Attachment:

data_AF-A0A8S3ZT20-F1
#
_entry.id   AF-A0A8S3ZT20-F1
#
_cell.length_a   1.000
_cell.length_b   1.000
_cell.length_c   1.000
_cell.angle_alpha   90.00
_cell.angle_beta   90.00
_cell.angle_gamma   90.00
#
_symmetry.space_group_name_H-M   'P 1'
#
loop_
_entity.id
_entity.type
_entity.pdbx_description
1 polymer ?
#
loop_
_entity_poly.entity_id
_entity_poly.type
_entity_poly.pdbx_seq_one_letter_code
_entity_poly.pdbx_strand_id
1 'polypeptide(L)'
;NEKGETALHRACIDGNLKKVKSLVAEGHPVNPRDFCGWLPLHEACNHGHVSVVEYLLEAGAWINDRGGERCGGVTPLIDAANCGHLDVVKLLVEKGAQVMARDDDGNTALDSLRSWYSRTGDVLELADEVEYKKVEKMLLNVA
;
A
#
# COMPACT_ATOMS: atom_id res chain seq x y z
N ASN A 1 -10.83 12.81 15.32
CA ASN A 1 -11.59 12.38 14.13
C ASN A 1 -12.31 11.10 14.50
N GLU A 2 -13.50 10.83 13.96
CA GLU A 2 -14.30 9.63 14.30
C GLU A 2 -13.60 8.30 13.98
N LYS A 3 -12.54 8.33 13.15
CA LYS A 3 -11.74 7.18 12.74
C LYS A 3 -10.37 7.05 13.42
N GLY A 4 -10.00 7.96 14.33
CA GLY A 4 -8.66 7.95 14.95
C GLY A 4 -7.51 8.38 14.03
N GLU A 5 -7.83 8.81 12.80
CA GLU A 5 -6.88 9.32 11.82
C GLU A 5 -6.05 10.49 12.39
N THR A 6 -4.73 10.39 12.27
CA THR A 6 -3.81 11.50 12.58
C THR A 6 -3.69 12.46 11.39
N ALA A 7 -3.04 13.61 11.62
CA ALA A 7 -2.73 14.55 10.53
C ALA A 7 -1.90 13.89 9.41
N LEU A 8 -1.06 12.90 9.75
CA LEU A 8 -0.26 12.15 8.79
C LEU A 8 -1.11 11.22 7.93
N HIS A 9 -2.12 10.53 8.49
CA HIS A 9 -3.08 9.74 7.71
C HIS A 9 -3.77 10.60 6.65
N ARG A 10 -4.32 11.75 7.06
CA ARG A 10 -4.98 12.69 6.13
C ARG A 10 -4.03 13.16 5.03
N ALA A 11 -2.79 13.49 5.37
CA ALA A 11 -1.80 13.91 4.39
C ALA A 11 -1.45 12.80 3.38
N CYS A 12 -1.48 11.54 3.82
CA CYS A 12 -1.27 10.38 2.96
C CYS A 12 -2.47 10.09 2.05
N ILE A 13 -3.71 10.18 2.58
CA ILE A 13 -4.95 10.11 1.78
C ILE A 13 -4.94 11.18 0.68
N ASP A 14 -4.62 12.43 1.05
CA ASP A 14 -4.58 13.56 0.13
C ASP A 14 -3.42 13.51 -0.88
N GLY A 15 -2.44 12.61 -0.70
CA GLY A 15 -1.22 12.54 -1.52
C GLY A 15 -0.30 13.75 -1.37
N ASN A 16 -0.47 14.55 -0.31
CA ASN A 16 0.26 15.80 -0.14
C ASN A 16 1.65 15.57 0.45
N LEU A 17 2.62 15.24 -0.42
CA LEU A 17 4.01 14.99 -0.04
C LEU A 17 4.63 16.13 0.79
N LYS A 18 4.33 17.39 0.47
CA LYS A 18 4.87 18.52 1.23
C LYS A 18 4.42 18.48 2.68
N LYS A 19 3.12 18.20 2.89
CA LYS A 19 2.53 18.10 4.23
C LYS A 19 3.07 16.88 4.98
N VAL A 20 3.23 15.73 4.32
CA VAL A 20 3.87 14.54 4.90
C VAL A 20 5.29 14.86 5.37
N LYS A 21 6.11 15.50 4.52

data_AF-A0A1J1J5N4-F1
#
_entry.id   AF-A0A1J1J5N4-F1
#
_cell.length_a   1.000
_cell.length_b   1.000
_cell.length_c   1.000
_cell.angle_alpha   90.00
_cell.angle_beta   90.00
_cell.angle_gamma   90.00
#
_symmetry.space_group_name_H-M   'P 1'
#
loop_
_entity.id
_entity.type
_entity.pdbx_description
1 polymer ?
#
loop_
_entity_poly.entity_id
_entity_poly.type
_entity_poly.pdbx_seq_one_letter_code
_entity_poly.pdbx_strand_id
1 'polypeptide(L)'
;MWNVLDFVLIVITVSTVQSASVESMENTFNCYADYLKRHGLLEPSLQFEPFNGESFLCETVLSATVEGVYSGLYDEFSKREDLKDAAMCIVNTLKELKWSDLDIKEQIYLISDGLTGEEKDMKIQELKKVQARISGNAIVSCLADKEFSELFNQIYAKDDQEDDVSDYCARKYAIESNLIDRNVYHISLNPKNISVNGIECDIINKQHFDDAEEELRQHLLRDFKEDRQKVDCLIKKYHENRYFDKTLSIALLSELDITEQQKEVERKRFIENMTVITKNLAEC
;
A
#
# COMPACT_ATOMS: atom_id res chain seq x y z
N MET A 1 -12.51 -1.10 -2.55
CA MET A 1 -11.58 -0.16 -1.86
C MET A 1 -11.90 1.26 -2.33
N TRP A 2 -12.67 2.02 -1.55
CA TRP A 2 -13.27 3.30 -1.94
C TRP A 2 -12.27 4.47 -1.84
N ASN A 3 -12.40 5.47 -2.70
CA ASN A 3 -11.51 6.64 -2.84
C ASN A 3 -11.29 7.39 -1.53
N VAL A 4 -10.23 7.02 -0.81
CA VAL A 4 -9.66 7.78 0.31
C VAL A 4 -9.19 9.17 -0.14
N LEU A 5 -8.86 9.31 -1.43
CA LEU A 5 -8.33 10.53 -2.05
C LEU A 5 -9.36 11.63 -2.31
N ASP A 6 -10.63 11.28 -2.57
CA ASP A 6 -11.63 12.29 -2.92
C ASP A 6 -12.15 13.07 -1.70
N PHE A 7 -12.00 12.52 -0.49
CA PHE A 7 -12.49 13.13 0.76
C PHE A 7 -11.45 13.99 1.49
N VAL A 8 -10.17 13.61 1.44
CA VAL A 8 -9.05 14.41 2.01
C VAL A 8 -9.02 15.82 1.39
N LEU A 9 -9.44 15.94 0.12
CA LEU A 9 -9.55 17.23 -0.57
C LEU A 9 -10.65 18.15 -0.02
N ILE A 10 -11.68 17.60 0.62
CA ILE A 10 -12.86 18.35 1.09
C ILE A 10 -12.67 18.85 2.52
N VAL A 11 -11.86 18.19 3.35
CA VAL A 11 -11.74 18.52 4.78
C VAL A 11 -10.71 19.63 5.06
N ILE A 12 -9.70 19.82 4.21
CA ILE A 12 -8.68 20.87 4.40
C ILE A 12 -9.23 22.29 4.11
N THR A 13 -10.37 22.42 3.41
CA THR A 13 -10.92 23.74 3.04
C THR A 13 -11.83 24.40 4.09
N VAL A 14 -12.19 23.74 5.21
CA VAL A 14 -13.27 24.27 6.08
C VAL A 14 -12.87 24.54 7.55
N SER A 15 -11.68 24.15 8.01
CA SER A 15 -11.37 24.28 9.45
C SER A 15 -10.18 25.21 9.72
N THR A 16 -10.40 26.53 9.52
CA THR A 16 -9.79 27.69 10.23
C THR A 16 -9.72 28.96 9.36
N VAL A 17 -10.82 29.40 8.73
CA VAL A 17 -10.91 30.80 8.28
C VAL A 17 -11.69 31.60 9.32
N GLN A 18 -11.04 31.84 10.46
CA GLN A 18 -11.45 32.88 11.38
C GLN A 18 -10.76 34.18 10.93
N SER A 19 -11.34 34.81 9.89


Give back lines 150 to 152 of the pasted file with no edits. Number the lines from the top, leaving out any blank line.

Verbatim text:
CA ILE A 10 -12.86 18.35 1.09
C ILE A 10 -12.67 18.85 2.52
N VAL A 11 -11.86 18.19 3.35